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how to change priority of main program

robert_marquardt
on
Medium Priority
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Last Modified: 2008-04-25
I want to lower the priority of my main thread because the real work is done in separate threads.
It is a tray application so most of the time the main thread does not work much.
Is it possible to lower the main thread priority down to tpIdle without impact on the other threads of my program?
Of course the main thread priority should be raised back again when the main window is shown.
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Commented:
var
  H: THandle;
begin
  H := GetCurrentProcess();
  SetPriorityClass(hProc,REALTIME_PRIORITY_CLASS);
end;


Valid values are

HIGH_PRIORITY_CLASS:
Specify this class for a process that performs time-critical tasks that must be executed immediately. The threads of the process preempt the threads of normal or idle priority class processes. An example is Windows Task List, which must respond quickly when called by the user, regardless of the load on the operating system. Use extreme care when using the high-priority class, because a high-priority class application can use nearly all available CPU time.

IDLE_PRIORITY_CLASS:
Specify this class for a process whose threads run only when the system is idle. The threads of the process are preempted by the threads of any process running in a higher priority class. An example is a screen saver. The idle-priority class is inherited by child processes.

NORMAL_PRIORITY_CLASS:
Specify this class for a process with no special scheduling needs.

REALTIME_PRIORITY_CLASS Specify this class for a process that has the highest possible priority. The threads of the process preempt the threads of all other processes, including operating system processes performing important tasks. For example, a real-time process that executes for more than a very brief interval can cause disk caches not to flush or cause the mouse to be unresponsive.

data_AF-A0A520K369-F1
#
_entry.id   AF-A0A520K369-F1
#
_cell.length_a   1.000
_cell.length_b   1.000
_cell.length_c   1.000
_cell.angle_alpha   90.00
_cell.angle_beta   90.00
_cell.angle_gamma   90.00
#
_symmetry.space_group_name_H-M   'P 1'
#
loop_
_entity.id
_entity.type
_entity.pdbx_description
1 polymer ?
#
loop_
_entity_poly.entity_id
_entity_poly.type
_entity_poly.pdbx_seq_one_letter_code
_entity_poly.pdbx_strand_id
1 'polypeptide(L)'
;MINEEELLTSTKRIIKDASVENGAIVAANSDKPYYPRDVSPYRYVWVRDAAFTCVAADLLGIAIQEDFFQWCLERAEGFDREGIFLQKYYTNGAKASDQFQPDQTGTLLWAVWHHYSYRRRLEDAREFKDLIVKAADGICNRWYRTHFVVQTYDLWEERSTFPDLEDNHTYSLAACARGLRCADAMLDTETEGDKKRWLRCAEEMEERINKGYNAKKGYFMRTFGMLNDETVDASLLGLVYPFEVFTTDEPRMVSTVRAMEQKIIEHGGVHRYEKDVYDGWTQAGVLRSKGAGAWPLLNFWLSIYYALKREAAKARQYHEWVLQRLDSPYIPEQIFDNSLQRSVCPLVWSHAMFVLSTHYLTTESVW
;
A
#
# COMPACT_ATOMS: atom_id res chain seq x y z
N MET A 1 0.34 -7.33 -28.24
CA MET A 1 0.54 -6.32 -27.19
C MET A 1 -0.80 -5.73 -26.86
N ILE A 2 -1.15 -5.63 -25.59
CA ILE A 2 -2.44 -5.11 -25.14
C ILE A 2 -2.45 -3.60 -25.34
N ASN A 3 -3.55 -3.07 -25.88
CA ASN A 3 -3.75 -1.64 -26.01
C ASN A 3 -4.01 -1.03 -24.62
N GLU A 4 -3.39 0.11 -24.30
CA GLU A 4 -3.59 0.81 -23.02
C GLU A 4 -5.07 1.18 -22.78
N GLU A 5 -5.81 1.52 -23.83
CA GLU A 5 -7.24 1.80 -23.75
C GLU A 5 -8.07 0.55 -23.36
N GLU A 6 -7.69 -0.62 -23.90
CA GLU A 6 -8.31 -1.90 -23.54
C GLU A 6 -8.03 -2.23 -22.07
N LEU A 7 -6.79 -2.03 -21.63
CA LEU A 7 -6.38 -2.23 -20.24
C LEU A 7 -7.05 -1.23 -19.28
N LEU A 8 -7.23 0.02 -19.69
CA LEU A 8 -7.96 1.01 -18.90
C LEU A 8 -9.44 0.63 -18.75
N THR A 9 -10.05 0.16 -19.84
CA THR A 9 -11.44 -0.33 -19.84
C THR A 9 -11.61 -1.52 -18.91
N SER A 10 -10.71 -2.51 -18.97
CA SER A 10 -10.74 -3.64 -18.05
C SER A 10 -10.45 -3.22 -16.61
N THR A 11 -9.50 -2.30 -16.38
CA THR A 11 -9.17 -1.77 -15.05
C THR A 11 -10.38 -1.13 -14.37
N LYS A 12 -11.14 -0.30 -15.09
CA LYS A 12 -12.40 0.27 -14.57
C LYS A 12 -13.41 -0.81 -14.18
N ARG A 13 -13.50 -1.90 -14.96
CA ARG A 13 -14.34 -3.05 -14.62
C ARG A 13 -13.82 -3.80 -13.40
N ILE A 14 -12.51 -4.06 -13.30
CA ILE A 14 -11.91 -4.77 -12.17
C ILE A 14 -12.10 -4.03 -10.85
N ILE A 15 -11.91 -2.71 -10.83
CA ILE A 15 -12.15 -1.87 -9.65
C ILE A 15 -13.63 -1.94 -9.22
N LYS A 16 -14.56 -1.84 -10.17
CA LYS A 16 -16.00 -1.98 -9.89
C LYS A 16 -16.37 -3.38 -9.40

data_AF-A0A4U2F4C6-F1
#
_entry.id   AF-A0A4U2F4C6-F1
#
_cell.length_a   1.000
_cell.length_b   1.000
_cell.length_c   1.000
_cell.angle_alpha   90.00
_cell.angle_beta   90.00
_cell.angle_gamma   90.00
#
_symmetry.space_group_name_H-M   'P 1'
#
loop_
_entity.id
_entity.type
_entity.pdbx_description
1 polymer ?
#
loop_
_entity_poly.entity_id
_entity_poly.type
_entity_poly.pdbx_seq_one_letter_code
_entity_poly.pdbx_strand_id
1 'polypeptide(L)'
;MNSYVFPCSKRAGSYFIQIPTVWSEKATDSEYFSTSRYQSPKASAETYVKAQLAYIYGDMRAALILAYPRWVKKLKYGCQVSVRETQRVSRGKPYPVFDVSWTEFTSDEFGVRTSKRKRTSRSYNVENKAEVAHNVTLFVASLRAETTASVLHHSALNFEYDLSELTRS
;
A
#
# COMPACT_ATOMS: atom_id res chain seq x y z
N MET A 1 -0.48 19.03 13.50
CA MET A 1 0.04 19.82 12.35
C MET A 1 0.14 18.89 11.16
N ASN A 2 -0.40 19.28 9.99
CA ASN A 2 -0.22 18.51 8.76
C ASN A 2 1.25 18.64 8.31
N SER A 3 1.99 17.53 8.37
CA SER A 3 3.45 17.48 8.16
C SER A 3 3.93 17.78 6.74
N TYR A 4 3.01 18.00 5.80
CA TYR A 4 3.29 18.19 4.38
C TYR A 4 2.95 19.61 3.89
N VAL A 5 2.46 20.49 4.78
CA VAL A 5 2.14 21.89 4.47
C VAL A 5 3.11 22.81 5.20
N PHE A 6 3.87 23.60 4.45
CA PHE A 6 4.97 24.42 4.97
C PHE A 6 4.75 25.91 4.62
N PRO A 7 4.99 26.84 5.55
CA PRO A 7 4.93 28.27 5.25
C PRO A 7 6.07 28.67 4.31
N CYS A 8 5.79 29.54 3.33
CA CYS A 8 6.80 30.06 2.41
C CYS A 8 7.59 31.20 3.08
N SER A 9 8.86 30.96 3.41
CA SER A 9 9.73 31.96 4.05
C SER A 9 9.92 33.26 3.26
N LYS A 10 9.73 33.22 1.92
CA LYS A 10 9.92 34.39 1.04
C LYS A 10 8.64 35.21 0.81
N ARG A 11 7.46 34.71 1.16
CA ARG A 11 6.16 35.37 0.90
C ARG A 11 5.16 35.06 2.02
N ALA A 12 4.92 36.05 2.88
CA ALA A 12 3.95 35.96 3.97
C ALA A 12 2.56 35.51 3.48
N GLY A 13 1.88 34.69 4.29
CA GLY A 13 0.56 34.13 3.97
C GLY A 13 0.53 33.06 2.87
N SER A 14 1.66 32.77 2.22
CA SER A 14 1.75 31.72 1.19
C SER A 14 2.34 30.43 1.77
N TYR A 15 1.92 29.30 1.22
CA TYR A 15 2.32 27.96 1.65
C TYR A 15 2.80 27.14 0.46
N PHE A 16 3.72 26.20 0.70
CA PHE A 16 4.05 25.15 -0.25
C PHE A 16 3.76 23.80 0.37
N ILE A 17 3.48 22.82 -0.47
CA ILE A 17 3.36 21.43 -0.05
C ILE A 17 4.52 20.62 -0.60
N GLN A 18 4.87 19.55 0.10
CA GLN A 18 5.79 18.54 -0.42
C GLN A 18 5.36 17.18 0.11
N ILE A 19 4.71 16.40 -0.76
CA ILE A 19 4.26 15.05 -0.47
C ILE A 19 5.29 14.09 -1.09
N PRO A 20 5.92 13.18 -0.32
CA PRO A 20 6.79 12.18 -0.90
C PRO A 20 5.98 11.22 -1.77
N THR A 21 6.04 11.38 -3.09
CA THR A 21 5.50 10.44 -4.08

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====
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Commented:
Hi Robert!   :-)

That depends on how deep the main thread is involved with the other threads. E.g. if the other threads often call "TThread.Synchronize", it's probably not a good idea to lower the main thread priority. Or if the main thread often enters critical sections which are also used by the other threads, then you should also better leave the main thread's priority where it is. However, if the other threads are quite independent from the main thread, then you can lower the main thread's priority without any negative side effects.
But may I ask why you want to do that at all? I mean it only has any effect, if the CPU is on 100%, anyway. Only in such a case your main thread would not run very often/long, if you lower the priority. In most other cases you wouldn't even see any difference...

Regards, Madshi.

Author

Commented:
I have a tray application serving USB devices.
Each device gets its own thread and these threads do not Synchronize at all. They only call keybd_event or mouse_event as reaction to reading the USB device.
The main thread checks for application switches via a global hook and provides the correct application dependant settings for the worker threads.
I want to lower the priority of the main thread in the hope that it does not hog the CPU that much.

Commented:
Hmmm... How does your main thread main loop look like? Are you waiting for messages? Or doing an Application.ProcessMessages or what?

Author

Commented:
Job of the main thread is waiting for the message the global hook DLL sends on switch of applications while the main form is invisible.
On reception of this message the main thread reads in some settings from the registry and the worker thread start using these settings.

Commented:
Yeah, but *how* is the main thread waiting? Do you use PeekMessage / Application.ProcessMessages or GetMessage / WaitMessage / Application.HandleMessage? I'm asking because THAT should be the first thing to look at. PeekMessage / Application.ProcessMessages pushes the CPU to 100%, GetMessage / WaitMessage / Application.HandleMessage does not. If your main thread is properly programmed and does nothing but wait for messages, it should not consume *any* CPU resources while waiting, it should only consume CPU resources when a message arrives.

Author

Commented:
Then all should be OK. I use Application.HookMainWindow which is effectively just another OnMessage handler.
Commented:
And then you're using Application.Run (which internally uses Application.HandleMessage)? Then your main thread should only consume CPU resources, if messages are in the queue. So I think, you don't need to change the priorities. To be sure, you should check your main thread's CPU usage with a propriate tool (e.g. WinTop for win9x).

Regards, Madshi.